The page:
Communicate (and commune)
Talk to your partner. Talk to your people. But most of all, talk to God. When I pray now a days, I forgo the nervous voice of, “If this man isn’t right for me, let me know” before any date, and instead ask for help in being present while we get to know each other. Whether it be on the morning before I start the day or walking around somewhere, I talk about the little things and the embarrassing things. And I write about them, because ultimately honesty really does go a long way. The more honest I am, the less perfect and put together I have to be.
You’re responsible for your actions and emotions, and no one else’s
I used to have this gargantuan fear of being left/abandoned, and still struggle with it after multiple relationships ended over things that could have easily been openly discussed and worked through. In high school I believed that I was at fault if a guy unexpectedly stopped talking to me or decided he didn’t want to be in my life. I was somehow responsible for keeping them around, for making sure that they understood and cared about me. It turned me into an insecure wreck and I couldn’t begin to work through it until my final semester of college.
Intention does not always affect perception; it takes two humble, grace-filled human beings in order to have a relationship, and if one is going to pull a road-runner because of something awkward or uncomfortable, then that’s not somebody I want to be with. Part of learning how to love is learning how to wade through the messy stuff, and make the best of what we don’t necessarily like about each other.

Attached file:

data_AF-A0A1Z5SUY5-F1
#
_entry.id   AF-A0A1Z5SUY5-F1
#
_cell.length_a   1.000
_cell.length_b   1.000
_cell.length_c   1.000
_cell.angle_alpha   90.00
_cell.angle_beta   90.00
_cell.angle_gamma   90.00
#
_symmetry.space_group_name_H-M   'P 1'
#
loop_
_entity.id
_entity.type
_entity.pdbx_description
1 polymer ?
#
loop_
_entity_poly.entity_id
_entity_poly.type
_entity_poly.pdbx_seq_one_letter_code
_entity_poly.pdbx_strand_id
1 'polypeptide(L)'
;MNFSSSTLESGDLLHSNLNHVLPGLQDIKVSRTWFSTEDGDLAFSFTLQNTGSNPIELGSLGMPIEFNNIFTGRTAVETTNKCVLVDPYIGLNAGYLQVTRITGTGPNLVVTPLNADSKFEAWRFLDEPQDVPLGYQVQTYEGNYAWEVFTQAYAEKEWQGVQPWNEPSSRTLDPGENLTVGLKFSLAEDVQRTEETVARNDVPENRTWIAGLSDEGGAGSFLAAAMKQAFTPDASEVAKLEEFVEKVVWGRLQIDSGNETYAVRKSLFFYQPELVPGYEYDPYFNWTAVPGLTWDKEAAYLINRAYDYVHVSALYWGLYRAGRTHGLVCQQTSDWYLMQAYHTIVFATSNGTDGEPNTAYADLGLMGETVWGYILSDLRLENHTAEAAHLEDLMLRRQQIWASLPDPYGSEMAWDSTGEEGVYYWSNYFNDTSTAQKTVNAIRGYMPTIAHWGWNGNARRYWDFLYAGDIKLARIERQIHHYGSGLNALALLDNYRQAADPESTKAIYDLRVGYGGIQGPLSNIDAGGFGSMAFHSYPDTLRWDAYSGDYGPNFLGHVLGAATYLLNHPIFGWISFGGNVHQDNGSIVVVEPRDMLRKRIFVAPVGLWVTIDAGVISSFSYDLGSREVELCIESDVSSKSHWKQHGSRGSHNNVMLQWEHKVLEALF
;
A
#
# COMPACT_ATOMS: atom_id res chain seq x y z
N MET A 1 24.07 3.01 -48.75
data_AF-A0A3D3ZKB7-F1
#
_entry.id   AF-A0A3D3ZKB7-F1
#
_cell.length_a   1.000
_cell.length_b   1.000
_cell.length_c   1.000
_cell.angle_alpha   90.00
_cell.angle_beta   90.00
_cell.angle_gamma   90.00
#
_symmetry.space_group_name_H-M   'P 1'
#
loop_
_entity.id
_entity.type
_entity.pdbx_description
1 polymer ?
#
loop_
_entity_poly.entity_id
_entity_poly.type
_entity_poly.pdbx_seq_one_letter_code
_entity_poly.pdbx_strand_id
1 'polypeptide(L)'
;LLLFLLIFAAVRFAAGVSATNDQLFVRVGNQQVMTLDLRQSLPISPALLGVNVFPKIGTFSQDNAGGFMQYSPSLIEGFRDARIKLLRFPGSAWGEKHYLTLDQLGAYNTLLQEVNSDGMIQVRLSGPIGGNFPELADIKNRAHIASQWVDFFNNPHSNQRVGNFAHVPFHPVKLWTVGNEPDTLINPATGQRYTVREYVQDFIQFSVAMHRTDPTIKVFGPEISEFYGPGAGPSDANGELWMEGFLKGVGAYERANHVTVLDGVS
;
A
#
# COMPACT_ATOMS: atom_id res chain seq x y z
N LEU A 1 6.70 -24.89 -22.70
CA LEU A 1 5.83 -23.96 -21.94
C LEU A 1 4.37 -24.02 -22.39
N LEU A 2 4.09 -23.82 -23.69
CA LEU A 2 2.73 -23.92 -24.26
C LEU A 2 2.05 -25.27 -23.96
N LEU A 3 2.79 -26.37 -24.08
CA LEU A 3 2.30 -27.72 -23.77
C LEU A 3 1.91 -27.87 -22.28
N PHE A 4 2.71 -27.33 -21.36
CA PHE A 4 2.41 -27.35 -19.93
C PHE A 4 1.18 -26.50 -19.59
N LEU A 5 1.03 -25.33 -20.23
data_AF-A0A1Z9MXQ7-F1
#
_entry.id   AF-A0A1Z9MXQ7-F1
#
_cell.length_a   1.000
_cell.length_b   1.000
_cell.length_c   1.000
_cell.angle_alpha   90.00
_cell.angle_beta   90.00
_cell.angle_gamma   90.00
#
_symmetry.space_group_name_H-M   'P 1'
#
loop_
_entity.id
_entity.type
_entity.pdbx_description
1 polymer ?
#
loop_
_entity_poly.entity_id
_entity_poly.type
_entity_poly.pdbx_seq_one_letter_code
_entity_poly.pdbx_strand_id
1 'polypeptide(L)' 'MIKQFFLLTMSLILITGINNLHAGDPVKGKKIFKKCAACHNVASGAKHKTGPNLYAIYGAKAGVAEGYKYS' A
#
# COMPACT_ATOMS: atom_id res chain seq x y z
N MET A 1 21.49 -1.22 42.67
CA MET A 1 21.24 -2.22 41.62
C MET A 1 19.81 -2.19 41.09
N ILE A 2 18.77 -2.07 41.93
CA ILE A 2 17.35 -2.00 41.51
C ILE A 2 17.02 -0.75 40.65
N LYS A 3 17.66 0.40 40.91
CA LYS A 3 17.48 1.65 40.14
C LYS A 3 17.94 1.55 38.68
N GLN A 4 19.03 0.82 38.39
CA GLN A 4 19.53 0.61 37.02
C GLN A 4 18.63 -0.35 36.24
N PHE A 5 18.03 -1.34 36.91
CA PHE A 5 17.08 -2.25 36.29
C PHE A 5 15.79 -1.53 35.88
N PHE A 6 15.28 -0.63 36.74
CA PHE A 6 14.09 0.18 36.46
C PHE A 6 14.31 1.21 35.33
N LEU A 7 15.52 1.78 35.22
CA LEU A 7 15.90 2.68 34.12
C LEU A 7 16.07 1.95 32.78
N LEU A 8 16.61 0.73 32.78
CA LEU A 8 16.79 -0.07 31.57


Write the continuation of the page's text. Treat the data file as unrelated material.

Gratitude has been paramount for me, a way to stay focused on what’s happening right now and not get ahead of myself. I give thanks for the opportunity to meet people and to hear their stories. I give thanks for the time we spend together. And if for whatever reason it comes to an end, I give thanks for what that relationship taught me and how I grew because of it. I never want to look back and think of anything as a failure or something I should regret, and naming my blessings moment by moment puts it in perspective.
And lean not on your own understanding, which feels like one of the most under-emphasized verses in Scripture. We’re not supposed to be constantly making sense of what we should do or why something turns out the way it does. I’ve been through enough where I’m aware that regardless of how painful something is, I’m going to make it out the other side. I’m going to heal. And I will love again, though it might be different as opposed to being “better.”
Trusting God and having agency are not mutually exclusive; we can still exercise free will and include Him in the journey/process of discovering and building love with another person. Again, I don’t know much beyond what I’m currently still untangling and unlearning, but I’m getting there. I still wrestle with the conservative stance, and wondering if I’ll ever learn how to fully approach dating in a way that feels healthy and genuine. But then this hit me:
Jesus should be about freedom. If something makes you feel like you’re being held back instead of experiencing freedom, then it is not of Jesus.
The heart is meant to be carried, not held captive.